Cross-cutting issues: the elderly
How are the elderly affected by humanitarian crises? In this step we explore the ways in which older people can be disproportionately affected by disasters due to their specific needs and vulnerabilities, inability to access key services, and the fact that their needs are not generally considered as part of a crisis response.
Data on the elderly
Today, around 12% of the world’s population is aged 60 or over, totalling approximately 901 million people. In just four years’ time, the number of older people will surpass 1 billion1. Currently, two-thirds of older people live in low-income countries , where disasters are more likely to occur and the impact of humanitarian crises is greater. This demographic change now demands that humanitarian assistance is adapted to the specific needs of older people.
However, while the data available is limited, it is clear that older people are disproportionately represented in disaster-related mortality and morbidity. When Hurricane Katrina struck New Orleans in 2005, 64% of those who died were over 65, even though this age group comprised a small proportion of the local population2,3. In spite of this, humanitarian response overwhelmingly fails to consider older people. Even basic steps such as the collection of age-disaggregated data are not always completed. A Tufts University study from 2011 found:
“almost no documented and published cases in which lead agencies […] collected Sex- and Age-Disaggregated Data [SADD] properly, analysed the data in context and used those findings to influence programming.”4
Humanitarian financing research conducted by HelpAge International found that of the 16,221 humanitarian projects analysed that were implemented between 2010 and 2014, just 154 included at least one activity specifically targeting older people, and only 74 of these projects (48%) were funded5.
Finally, humanitarian capacity to assess and address the needs of older people remains very limited, and many humanitarian actors still see response to the needs of older people as a technical area that requires specific skills or expertise.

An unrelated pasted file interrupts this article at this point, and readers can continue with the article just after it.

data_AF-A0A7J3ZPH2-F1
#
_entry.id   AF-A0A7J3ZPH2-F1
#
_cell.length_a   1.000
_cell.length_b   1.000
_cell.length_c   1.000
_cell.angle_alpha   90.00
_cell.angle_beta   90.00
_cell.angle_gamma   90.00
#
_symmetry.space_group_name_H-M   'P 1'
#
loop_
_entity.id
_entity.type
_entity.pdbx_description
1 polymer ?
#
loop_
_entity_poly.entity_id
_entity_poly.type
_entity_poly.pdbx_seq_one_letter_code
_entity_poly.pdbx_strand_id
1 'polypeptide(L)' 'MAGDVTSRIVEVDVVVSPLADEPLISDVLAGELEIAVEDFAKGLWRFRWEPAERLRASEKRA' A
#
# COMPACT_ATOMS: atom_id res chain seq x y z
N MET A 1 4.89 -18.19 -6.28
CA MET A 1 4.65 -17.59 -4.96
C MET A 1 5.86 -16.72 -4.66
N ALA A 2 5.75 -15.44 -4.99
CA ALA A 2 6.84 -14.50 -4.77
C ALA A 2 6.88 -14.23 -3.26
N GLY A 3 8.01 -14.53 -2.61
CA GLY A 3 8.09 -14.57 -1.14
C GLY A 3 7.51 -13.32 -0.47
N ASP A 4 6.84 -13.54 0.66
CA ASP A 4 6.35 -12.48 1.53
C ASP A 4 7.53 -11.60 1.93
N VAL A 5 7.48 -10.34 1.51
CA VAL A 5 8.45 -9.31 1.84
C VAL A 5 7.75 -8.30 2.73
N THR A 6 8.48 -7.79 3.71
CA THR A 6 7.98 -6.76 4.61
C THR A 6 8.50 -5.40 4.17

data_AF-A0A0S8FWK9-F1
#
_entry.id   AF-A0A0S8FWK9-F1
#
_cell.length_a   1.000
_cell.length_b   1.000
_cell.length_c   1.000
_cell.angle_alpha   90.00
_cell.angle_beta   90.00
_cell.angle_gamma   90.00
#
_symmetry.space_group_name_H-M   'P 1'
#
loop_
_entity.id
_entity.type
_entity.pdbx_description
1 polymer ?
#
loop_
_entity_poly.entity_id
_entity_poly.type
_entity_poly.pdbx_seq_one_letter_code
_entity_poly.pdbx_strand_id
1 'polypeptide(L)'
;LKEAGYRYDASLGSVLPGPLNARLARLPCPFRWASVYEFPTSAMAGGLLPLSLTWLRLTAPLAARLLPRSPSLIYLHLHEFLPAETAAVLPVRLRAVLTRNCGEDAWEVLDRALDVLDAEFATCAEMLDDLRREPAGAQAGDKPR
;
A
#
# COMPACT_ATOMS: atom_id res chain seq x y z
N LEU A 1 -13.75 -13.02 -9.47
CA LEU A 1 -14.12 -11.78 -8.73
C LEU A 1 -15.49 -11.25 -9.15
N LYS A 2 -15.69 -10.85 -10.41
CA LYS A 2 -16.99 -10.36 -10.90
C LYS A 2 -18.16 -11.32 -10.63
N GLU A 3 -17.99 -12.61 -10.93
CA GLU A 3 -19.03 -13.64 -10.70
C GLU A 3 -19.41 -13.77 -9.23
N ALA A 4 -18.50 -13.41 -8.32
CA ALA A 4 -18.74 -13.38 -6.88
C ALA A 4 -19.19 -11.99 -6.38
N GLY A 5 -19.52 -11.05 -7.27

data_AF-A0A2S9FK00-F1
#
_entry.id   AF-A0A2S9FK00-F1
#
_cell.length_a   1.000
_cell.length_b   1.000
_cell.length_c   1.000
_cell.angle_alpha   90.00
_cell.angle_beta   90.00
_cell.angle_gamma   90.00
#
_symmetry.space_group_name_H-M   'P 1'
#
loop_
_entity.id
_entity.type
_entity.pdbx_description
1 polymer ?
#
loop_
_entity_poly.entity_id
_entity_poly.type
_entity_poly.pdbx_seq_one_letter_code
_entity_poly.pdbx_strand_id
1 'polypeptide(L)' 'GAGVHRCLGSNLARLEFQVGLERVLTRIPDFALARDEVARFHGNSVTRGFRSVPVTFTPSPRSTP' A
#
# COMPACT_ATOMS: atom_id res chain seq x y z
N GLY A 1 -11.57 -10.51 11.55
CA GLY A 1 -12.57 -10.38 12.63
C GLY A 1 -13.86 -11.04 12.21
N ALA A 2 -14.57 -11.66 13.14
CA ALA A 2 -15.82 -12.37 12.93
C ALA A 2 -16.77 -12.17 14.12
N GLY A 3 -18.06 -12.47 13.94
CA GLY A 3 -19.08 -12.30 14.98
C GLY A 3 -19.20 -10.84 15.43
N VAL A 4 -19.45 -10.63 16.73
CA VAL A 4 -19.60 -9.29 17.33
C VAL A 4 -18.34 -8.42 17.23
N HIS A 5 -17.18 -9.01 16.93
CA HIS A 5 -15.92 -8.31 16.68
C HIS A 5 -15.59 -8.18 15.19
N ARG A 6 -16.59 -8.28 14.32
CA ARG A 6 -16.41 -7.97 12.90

Why are the elderly so vulnerable in humanitarian crises?
The physical, psychological, and logistical vulnerability of situations often faced by older people before a crisis places them at significant risk during the onset of an emergency. They are often among the poorest members of a community, and this affects their access to basic goods and services, posing a risk for their survival both during and after a crisis.
Compounding their limited access to services and contrary to the common assumption, older people are not always cared for by their family or community. Furthermore, older people with physical and sensory disabilities or poor health status are likely to experience greater dependency and vulnerability as their usual family and community support structures are disrupted.
The health needs of the elderly in crises
By 2020, non-communicable diseases (NCDs) are expected to account for 70% of deaths in developing regions compared with less than half of deaths today6. NCDs disproportionately affect older people and interruptions in treatment for common conditions such as hypertension and diabetes are debilitating and can be fatal.
Research in Jordan and Lebanon found that 54% of older refugees were affected by one or more NCDs7. However, appropriate treatment options delivered by humanitarian health actors are rarely adequate. While the latest revision of the Sphere Handbook recognises the increasing evidence of acute complications from chronic diseases in disasters and encourages their treatment, there are virtually no guidelines for the management of chronic medical conditions that disproportionately affect older people in the humanitarian sector.
In the nutrition sector older people are almost completely left out of humanitarian interventions despite being highly vulnerable. Even with a growing body of evidence relating to the challenges of meeting older people’s nutritional needs in emergencies, they are still not specifically included in assessments and there are very few elderly-specific nutrition interventions. In contrast, targeted assistance is a well-established practice for other vulnerable groups, such as pregnant and lactating women and children under five.
To begin to address the current evidence gap, HelpAge conducted nutrition assessments in Kenya, Chad, Ethiopia, and South Sudan and found significant levels of malnutrition among older people that had not been assessed or responded to by nutrition actors8. More than two in five older persons in the Protection of Civilians sites (POCs) in Juba were severely or moderately malnourished. HelpAge International, Valid International, and Brixton Health have now developed a simple, rapid, low cost, accurate, and reliable survey method for assessing the nutritional status, vulnerabilities and needs of older people called RAM OP9.
© London School of Hygiene & Tropical Medicine